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The Origin and Evolution of the Angiosperm Carpel

  • David Winship Taylor
  • Gretchen Kirchner

Abstract

The angiosperm carpel is one of the defining characteristics of flowering plants. Carpels are unique to angiosperms and are found in all of its members. Yet, due to the distinctive structure and function of carpels, deducing homologies among carpels and other seed-plant organs has been difficult. Progress in understanding carpel homologies and evolution is being made in a number of directions. Homologies, as well as transformations between them, have been proposed among angiosperms and other seed plants. These include homologies among the reproductive structures of Glossopterids, Caytonia, and other fossil taxa (e.g., Thomas, 1925, Thomas, 1957; Andrews, 1963; Stebbins, 1974; Doyle, 1978; Retallack and Dilcher, 1981a; Crane, 1985; Doyle and Donoghue, 1986b). Recent studies have examined the homologies and transformations among female reproductive organs through outgroup comparison (e.g., Crane, 1985; Doyle and Donoghue, 1986b; Taylor, 1991a) and interpretations of carpel structure within angiosperms (Taylor, 1991a). Developmental, morphogenic, and genetic studies have also provided additional insight on carpel structure and development (e.g., Szymkowiak and Sussex, 1992; Gasser and Robinson-Beers, 1993; Modrusan et al., 1994). Together, data from these diverse sources are leading to a revised view of carpel homology and structure.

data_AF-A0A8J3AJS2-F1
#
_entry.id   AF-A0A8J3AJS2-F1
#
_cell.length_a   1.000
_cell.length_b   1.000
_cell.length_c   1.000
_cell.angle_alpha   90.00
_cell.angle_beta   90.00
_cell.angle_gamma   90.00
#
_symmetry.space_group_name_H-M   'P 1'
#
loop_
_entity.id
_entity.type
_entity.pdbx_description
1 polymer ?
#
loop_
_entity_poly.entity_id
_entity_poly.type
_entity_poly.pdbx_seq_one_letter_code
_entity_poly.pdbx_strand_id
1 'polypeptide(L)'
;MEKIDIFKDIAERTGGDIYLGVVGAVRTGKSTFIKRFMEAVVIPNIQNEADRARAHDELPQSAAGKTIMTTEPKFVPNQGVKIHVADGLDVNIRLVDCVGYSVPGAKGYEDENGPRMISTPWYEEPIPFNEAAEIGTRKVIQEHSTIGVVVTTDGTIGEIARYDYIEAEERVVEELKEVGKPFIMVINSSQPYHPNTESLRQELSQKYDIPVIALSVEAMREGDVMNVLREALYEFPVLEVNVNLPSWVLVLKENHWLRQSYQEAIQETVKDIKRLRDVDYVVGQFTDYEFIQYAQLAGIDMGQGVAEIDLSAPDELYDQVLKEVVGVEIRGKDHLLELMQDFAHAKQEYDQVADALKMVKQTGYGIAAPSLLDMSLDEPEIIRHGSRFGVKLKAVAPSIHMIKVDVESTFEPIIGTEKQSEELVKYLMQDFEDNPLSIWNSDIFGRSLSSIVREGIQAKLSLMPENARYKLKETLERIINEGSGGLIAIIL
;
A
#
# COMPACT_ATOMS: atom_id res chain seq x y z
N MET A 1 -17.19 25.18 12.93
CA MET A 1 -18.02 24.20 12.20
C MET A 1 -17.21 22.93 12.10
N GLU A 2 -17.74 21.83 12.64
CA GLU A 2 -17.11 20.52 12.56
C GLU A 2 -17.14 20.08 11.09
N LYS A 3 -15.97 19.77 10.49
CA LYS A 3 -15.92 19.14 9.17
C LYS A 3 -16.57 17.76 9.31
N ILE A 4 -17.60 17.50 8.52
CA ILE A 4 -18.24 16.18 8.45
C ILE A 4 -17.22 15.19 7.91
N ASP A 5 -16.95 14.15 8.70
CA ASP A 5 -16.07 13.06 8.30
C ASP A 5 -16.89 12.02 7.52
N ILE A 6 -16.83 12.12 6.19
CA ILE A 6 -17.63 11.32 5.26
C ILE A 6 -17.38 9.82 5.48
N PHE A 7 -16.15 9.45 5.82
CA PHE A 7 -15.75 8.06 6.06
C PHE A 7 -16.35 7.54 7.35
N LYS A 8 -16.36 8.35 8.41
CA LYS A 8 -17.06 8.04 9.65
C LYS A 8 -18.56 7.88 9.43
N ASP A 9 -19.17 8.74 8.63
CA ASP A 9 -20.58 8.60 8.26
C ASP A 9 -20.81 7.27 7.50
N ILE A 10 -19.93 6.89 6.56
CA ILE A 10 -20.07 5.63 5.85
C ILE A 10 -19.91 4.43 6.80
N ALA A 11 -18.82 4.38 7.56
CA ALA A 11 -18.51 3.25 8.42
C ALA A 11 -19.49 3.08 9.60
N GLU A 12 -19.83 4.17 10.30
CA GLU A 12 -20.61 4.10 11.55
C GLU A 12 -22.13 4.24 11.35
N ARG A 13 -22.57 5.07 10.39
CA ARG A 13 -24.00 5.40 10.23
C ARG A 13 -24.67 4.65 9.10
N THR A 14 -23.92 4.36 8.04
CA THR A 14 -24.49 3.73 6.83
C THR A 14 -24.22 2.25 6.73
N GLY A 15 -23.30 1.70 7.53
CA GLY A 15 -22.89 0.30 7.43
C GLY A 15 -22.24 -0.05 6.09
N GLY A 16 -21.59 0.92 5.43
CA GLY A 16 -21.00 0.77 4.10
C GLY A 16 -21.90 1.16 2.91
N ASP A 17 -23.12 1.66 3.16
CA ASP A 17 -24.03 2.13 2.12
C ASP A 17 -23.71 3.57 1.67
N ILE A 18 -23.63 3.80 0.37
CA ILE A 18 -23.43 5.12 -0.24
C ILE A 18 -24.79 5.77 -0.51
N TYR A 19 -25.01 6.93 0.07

Keywords

Basal Angiosperm Carpel Number Ovule Number Floral Apex Carpel Evolution 
These keywords were added by machine and not by the authors. This process is experimental and the keywords may be updated as the learning algorithm improves.

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Copyright information

© Chapman & Hall 1996

Authors and Affiliations

  • David Winship Taylor
  • Gretchen Kirchner

There are no affiliations available

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